This is Not a Team Sport
At the heart of mixed martial arts, fighting is an individual activity where two gladiators step into the Octagon and fight for 15 or 25-minutes until one person is declared a victor. But nobody gets there alone and that’s where the concept that MMA isn’t a team sport gets debunked.
No fighter has ever made it to the upper echelons of the sport without a network of teammates, coaches and support system around to get them to the top. Watch any UFC fight whether it’s the main event or the first prelim of the night and inevitably if a microphone comes out in a post fight victory speech almost 100-percent of the time there is gratitude given to the people that got them there.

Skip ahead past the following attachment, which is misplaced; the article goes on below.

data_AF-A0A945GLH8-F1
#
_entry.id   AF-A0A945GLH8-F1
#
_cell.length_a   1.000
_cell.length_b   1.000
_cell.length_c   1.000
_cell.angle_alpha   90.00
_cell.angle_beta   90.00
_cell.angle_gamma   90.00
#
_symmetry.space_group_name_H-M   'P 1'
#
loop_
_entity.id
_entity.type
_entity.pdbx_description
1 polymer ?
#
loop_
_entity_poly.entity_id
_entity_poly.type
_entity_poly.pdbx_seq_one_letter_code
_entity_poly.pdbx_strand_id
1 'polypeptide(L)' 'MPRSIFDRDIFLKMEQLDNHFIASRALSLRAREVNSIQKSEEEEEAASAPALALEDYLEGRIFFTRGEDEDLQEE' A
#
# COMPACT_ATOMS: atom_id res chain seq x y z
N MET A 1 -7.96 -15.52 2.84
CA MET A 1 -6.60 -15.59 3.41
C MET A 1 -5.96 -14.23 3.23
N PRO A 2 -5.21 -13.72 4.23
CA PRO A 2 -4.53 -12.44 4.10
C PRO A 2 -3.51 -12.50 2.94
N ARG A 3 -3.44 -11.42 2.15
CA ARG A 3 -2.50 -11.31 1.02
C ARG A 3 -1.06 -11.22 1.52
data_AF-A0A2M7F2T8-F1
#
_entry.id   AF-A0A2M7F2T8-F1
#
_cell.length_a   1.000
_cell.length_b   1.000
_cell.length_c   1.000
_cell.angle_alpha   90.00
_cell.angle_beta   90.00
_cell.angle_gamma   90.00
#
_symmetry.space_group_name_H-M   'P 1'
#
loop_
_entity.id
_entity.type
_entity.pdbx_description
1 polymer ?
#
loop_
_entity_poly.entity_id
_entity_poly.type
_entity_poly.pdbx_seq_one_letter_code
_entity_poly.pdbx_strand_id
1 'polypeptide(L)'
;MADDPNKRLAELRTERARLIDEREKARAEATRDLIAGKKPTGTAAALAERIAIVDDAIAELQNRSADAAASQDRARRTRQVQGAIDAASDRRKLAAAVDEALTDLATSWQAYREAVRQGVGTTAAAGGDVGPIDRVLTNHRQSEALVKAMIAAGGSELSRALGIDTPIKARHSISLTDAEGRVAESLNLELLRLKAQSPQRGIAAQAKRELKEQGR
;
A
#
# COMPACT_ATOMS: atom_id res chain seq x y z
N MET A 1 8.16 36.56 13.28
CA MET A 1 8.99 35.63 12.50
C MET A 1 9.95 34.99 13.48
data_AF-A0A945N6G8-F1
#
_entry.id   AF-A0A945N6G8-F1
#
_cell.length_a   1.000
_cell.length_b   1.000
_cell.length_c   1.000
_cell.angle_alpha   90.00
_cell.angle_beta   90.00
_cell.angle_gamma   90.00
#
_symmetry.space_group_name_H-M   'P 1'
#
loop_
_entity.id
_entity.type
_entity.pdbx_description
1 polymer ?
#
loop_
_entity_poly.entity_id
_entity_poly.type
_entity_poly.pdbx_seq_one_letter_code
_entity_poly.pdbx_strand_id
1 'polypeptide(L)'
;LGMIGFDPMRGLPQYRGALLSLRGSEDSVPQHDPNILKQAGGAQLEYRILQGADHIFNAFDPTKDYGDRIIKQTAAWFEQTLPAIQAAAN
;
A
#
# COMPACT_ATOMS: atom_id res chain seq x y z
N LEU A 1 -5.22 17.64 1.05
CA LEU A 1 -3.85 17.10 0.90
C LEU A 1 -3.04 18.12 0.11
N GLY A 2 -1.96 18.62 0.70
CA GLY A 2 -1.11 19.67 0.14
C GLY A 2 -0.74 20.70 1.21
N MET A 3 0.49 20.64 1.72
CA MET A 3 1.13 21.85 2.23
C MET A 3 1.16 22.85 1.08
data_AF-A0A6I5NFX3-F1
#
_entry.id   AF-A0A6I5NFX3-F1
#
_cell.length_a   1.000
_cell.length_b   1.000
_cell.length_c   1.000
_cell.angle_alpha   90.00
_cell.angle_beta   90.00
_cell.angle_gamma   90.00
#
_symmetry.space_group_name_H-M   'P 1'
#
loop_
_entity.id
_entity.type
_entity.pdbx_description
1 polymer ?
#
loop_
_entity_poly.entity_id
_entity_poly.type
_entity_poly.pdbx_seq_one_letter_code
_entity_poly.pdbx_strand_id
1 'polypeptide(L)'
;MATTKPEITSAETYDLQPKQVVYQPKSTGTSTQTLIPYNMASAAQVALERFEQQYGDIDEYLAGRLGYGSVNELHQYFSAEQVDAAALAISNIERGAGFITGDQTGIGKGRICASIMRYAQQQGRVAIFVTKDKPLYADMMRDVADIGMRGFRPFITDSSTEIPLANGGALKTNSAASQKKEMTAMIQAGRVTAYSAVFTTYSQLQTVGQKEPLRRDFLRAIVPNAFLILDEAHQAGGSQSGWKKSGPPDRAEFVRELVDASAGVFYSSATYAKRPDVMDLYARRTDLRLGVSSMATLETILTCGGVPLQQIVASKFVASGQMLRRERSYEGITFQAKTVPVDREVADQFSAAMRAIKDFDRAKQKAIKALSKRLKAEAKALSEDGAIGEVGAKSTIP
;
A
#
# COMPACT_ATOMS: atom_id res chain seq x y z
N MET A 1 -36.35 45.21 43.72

The Ultimate Fighter is a completely different animal but also a similar beast as the rest of mixed martial arts competition.
For six weeks, the ladies on this season of the show have trained, drilled, sparred and helped each other get ready. The reality was all along that they might be fighting each other in the quarterfinals, semifinals or the finals of the entire show. It’s possible some of them held back in training to prevent a potential teammate from seeing the best of them before the competition. There’s also the chance that without going at full speed before a fight with teammates to help them push to get better, the result won’t be there in the end.
The next episode of The Ultimate Fighter puts two extremely different viewpoints up for the competitors on Team Pettis and the simple fact is neither philosophy is wrong.